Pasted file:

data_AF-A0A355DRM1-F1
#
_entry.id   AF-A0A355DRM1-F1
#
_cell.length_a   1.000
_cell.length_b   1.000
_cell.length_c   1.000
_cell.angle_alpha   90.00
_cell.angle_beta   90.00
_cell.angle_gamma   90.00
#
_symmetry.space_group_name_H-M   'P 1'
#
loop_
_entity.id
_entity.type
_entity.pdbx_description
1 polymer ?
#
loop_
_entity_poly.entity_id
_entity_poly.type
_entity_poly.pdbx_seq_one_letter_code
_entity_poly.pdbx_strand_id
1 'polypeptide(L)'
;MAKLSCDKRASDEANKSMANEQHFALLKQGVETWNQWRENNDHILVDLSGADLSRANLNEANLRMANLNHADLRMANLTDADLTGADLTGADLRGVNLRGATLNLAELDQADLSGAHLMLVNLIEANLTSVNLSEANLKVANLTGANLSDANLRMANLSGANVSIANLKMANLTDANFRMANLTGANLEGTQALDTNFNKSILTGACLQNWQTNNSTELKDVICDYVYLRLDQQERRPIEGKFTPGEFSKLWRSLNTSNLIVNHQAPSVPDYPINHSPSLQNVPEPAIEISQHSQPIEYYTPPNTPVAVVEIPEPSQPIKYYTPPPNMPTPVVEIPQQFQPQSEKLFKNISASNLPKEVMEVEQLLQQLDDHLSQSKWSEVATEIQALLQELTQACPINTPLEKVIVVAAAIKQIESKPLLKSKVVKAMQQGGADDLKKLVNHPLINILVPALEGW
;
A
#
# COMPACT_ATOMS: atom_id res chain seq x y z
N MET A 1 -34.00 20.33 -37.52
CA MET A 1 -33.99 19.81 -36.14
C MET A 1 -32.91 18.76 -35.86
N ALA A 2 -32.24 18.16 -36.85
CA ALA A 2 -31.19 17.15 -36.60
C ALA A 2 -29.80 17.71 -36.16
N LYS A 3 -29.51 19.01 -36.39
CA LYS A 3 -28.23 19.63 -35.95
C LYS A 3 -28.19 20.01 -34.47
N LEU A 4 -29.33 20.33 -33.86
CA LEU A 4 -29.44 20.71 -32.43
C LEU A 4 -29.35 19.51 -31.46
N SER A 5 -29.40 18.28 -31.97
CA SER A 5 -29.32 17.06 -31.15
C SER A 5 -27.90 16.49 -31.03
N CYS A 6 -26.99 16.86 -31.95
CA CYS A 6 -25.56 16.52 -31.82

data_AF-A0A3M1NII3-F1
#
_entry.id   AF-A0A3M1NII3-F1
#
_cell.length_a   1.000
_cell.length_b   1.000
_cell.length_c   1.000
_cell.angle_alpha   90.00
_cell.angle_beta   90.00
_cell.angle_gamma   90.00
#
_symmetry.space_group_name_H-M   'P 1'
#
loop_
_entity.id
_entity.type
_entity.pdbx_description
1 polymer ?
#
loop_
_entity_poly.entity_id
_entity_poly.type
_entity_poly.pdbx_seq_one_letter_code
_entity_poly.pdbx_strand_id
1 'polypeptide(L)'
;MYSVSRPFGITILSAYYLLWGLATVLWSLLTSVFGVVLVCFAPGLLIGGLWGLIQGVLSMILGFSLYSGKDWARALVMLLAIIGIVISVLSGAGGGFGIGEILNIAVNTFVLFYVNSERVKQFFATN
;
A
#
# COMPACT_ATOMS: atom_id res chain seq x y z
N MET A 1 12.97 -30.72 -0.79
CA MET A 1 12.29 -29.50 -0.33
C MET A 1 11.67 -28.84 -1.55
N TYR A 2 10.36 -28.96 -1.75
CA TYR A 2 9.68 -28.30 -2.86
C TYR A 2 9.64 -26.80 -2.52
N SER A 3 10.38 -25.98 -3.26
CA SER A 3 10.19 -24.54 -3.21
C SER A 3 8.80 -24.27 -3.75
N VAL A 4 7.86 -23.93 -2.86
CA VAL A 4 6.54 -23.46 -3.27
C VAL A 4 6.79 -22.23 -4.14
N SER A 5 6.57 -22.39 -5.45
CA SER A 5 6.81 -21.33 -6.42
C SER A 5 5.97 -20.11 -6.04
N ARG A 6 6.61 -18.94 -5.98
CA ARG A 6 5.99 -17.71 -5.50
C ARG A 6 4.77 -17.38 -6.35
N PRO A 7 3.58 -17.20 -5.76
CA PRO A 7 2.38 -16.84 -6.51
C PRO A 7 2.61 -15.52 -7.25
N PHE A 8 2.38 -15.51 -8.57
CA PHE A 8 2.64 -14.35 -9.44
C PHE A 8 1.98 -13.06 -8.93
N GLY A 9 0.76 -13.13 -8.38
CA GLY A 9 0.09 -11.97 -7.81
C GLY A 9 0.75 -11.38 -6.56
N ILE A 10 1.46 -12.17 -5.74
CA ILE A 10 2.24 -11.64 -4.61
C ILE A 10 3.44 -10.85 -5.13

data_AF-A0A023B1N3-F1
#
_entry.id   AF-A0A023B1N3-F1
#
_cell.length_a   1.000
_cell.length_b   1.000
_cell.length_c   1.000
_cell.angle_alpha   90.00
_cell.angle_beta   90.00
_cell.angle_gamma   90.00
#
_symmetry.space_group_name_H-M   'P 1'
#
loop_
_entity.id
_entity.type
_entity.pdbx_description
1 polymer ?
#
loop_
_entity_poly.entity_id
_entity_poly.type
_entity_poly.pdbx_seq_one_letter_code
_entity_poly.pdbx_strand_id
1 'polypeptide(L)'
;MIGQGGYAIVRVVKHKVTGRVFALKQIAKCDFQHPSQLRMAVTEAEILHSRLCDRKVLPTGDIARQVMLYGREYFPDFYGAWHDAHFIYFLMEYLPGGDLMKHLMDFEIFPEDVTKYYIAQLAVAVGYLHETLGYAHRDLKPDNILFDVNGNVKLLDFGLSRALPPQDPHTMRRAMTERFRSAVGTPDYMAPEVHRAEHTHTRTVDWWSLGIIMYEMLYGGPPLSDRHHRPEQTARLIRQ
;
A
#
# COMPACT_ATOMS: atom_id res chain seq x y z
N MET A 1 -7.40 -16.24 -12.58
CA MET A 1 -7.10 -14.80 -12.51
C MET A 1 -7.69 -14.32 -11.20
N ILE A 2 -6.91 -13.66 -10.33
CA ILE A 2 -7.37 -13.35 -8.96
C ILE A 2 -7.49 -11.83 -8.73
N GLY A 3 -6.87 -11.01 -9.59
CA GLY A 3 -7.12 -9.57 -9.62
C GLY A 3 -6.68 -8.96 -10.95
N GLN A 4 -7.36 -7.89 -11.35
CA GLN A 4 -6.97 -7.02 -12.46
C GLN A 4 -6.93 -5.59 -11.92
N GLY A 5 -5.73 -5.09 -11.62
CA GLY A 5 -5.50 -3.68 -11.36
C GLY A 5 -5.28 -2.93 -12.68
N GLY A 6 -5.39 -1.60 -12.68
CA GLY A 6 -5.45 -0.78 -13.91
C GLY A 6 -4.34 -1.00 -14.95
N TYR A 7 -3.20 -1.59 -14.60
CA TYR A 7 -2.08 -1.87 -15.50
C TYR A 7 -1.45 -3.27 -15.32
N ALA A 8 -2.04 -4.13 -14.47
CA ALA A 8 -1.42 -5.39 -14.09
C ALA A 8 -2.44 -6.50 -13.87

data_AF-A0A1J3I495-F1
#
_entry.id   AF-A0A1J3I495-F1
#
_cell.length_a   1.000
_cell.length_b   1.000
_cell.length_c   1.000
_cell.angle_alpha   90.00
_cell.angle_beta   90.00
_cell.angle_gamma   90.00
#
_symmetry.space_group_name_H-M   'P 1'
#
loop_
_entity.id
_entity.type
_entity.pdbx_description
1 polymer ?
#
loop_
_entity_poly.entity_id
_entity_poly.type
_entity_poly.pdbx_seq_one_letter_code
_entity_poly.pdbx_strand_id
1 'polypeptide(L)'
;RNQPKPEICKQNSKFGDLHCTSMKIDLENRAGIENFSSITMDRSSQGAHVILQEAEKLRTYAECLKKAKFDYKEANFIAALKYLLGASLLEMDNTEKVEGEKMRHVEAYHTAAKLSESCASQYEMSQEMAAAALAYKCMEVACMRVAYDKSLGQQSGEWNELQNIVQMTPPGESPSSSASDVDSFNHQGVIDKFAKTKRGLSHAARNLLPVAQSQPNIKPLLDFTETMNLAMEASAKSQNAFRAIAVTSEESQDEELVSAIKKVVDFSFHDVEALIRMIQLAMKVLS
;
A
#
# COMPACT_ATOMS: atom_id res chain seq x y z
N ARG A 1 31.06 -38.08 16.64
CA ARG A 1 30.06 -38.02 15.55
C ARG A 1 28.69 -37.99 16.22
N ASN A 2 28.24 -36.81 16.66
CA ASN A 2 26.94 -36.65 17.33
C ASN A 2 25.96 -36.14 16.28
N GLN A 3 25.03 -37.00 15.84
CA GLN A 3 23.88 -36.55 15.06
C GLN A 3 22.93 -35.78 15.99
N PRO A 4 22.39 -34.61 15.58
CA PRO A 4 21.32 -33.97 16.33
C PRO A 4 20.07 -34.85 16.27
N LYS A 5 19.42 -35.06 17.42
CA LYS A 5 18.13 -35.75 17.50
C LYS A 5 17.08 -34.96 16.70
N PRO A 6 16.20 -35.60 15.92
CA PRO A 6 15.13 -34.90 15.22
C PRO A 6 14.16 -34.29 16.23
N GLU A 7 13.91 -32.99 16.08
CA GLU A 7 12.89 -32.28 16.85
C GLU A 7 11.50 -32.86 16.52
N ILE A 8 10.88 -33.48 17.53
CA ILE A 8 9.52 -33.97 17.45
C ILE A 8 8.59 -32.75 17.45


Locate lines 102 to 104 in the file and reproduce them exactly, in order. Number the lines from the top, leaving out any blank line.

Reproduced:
N GLY A 9 0.76 -13.13 -8.38
CA GLY A 9 0.09 -11.97 -7.81
C GLY A 9 0.75 -11.38 -6.56